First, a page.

Why does coffee leave rings?

by Stephanie Chasteen on April 25, 2008

You know how you spill coffee, you don’t just get a uniform stain? Instead, you get a stain with a dark ring around the edge. In the image to the left, you can see this in the coffee “blotches” (the round rings are caused by the coffee that was stuck to the bottom of the round mug).

It turns out that, as of 10 years ago, this was a question that wasn’t actually well-understood scientifically. So Sid Nagel set out to figure it out. Sid Nagel’s a condensed matter physicist who is famous for setting his mind to variety of interesting fluid problems. In particular, he studies the interesting properties of granular materials (like, why does sand sometimes flow like a fluid and sometimes jam-up like a solid?). I’ll have to write a post just on that sometime in the future!

Anyway, back to coffee rings. The puddle of spilled coffee starts to evaporate. But something interesting happens as it evaporates, Nagel found. If you could look at the coffee particles under a microscope as it dries, you’d see the particles flowing from the center out to the edge. Why’s that? It turns out that the edge can’t “retreat” as it dries… the edge of the drop is stuck where it first falls, for the most part. Here’s why. Say you spilled the coffee on some paper. The paper is a bit rough. The edge of the drop gets “pinned” in place by that roughness. So that means that the drop gets flatter as it dries (rather than shrinking in width).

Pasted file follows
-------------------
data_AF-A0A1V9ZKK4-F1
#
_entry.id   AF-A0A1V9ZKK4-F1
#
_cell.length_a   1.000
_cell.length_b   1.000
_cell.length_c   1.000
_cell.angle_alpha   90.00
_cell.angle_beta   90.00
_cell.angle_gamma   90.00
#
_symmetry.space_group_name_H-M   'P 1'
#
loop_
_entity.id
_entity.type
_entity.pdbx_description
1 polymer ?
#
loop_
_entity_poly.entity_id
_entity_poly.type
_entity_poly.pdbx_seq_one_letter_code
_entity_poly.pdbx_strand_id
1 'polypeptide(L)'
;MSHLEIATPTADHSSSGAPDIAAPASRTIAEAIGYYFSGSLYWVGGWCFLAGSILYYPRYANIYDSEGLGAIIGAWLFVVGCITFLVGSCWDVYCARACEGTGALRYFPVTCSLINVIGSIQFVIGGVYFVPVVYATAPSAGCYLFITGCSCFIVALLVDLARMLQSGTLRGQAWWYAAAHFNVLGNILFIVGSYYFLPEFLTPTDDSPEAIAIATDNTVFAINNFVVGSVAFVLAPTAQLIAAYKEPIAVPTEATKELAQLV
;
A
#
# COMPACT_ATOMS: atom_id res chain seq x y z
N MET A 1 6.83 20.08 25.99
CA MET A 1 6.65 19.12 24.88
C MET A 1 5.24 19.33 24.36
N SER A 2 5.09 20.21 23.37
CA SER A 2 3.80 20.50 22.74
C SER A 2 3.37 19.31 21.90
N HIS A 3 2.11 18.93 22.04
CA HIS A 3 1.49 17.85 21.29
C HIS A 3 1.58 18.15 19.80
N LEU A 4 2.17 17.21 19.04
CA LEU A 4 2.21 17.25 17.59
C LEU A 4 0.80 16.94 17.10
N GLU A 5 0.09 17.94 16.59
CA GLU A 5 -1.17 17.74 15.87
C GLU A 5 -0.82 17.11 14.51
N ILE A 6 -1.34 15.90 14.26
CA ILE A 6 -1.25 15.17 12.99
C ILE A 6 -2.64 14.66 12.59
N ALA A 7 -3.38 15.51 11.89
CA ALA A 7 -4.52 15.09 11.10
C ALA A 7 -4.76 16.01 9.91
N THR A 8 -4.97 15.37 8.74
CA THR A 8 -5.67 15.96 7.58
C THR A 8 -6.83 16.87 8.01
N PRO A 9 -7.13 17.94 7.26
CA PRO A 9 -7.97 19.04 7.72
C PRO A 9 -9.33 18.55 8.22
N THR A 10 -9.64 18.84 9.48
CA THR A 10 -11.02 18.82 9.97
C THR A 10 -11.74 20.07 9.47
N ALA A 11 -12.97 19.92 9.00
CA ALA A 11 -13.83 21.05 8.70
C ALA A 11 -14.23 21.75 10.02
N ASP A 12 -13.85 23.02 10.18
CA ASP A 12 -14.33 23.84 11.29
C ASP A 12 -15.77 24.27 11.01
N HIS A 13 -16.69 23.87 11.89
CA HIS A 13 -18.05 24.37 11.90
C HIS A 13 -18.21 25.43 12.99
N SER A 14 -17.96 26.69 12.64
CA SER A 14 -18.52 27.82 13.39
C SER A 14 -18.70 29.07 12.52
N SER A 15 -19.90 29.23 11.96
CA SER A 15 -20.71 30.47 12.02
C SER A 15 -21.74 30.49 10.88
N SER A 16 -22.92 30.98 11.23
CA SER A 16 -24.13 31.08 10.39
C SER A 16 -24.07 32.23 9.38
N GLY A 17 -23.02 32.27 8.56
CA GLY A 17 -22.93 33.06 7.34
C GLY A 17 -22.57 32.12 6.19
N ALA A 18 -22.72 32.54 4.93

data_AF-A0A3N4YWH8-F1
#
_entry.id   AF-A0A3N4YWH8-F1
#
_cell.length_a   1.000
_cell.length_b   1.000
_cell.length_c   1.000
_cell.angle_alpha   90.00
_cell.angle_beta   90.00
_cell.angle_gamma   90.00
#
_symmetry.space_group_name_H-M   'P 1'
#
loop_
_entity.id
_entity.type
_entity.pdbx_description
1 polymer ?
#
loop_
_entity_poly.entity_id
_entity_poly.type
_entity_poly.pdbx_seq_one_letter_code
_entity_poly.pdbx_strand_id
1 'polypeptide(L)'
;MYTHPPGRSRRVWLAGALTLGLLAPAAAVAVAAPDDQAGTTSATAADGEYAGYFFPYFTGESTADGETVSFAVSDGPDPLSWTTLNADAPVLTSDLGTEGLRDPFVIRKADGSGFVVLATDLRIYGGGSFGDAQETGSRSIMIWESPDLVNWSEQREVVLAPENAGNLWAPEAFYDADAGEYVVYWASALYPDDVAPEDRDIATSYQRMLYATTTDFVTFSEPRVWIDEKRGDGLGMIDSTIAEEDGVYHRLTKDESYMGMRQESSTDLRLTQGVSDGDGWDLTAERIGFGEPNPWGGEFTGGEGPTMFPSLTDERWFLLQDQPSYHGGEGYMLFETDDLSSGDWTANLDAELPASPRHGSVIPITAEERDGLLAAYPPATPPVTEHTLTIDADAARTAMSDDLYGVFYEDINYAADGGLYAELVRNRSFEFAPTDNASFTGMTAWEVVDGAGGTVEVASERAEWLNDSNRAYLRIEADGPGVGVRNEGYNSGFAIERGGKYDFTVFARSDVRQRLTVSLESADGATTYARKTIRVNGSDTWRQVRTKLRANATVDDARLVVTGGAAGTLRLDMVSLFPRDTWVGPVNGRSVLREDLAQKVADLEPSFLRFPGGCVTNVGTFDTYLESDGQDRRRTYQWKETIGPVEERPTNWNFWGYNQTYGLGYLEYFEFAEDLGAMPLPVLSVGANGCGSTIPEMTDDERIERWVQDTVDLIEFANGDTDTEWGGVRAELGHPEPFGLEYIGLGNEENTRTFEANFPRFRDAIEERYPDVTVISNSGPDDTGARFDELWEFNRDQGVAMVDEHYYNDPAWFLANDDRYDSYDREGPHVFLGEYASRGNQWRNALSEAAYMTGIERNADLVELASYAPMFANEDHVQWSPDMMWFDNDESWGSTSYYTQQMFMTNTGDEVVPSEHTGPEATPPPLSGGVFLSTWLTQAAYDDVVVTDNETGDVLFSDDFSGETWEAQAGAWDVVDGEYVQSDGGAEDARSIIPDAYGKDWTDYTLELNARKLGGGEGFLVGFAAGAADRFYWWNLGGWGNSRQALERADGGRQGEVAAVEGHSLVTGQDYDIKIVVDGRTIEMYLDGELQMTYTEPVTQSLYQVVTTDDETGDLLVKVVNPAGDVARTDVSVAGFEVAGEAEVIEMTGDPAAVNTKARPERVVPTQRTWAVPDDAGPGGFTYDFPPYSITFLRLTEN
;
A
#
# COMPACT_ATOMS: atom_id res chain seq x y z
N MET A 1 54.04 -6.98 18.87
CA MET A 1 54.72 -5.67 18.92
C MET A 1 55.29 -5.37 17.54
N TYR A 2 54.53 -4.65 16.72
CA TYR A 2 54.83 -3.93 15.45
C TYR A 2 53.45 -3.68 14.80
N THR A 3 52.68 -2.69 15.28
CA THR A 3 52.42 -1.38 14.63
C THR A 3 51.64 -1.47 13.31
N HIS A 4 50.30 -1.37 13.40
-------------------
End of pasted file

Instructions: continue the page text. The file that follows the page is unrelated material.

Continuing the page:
So as the edge loses liquid by evaporation, liquid from the center of the drop has to flow outward to replenish it. So the coffee particles constantly flow out towards the edge of the drop, the water dries out, and more coffee particles flow to the edge. So when the entire drop is dried out, you have a dark ring around the edge! This isn’t particular to coffee — any dark liquid will do.

Nagel started this research by noticing the interesting behavior of the coffee stains on his countertops!

One neat way to show that this explanation works is to try to keep the drop from evaporating at the edge. You can do this by covering the whole drop except for a little hole at the center. If you do this… no ring! Try it.

Here’s an article about it. And some neat Q&A with Sid Nagel about this and other condensed matter stuff (like the Brazil nut effect), including how to make the Coffee Stain Font!

{ 2 comments }

nick July 29, 2008 at 5:51 pm

Tc1fl9 hi! hice site!

uma December 18, 2008 at 4:28 am

Thanks for interesting article

Comments on this entry are closed.

Previous post:

Next post: